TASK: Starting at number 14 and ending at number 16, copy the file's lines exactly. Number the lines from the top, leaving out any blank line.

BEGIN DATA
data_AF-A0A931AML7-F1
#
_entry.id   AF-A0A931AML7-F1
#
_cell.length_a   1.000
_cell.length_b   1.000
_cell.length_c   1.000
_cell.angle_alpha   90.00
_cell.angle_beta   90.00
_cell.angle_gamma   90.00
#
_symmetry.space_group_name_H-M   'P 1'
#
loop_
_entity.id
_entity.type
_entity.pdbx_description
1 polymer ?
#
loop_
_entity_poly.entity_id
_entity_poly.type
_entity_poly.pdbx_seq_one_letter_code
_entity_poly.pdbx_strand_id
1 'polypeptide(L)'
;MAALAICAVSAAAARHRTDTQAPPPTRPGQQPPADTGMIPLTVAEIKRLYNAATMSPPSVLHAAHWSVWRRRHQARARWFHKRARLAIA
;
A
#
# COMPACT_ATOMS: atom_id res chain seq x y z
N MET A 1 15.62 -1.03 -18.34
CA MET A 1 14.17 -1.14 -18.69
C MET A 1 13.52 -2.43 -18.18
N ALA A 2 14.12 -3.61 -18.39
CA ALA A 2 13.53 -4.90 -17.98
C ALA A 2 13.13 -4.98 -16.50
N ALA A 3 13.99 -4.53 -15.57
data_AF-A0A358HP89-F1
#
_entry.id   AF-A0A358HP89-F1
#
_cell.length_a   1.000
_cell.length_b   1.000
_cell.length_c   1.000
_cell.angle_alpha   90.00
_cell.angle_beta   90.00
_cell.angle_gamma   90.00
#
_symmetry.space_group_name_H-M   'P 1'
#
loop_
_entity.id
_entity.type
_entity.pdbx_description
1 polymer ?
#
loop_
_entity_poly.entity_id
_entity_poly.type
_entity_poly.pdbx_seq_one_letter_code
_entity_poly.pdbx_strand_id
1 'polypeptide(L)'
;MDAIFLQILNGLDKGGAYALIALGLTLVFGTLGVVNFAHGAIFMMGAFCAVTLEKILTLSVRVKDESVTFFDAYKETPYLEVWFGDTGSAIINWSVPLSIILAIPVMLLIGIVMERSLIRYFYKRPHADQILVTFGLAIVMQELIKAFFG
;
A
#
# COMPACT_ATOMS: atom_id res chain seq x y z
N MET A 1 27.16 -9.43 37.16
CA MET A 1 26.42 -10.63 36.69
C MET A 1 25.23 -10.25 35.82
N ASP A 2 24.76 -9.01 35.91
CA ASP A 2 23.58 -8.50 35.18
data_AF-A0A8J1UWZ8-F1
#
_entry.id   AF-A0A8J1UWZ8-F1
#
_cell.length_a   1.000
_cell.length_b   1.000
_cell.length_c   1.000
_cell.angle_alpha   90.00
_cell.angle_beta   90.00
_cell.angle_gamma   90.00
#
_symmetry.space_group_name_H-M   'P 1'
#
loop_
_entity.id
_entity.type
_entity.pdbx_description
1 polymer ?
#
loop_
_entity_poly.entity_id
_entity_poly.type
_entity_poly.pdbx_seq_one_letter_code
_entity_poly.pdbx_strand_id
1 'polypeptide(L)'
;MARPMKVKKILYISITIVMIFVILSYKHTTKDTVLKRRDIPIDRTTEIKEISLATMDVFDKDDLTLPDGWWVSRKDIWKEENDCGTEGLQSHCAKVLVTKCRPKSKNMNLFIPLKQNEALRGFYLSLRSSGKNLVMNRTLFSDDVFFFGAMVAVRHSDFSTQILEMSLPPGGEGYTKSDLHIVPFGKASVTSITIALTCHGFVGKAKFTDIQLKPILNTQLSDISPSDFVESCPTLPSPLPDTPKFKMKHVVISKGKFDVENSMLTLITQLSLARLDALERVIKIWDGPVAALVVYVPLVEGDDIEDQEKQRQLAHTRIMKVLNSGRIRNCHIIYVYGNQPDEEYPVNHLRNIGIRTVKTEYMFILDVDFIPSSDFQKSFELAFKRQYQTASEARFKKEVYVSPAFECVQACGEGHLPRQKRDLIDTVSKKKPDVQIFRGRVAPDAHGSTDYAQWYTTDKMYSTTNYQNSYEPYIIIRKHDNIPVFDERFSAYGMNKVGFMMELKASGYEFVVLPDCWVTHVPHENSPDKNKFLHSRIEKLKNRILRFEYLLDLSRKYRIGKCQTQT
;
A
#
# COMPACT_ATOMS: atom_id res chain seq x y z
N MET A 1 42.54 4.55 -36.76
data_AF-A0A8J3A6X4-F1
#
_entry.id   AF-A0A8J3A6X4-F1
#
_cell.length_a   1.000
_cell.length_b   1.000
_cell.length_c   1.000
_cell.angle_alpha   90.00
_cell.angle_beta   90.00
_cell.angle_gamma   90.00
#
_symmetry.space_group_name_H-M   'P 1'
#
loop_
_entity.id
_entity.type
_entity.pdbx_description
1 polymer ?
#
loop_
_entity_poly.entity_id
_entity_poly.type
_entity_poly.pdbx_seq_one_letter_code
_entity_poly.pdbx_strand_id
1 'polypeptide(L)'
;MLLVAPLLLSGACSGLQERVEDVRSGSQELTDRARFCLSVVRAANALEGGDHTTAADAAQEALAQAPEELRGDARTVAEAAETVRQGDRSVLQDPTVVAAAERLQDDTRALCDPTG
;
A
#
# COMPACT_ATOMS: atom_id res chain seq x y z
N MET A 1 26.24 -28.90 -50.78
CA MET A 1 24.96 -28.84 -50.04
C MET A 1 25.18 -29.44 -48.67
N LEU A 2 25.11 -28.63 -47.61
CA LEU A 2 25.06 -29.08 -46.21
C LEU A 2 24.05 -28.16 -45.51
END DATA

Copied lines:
loop_
_entity.id
_entity.type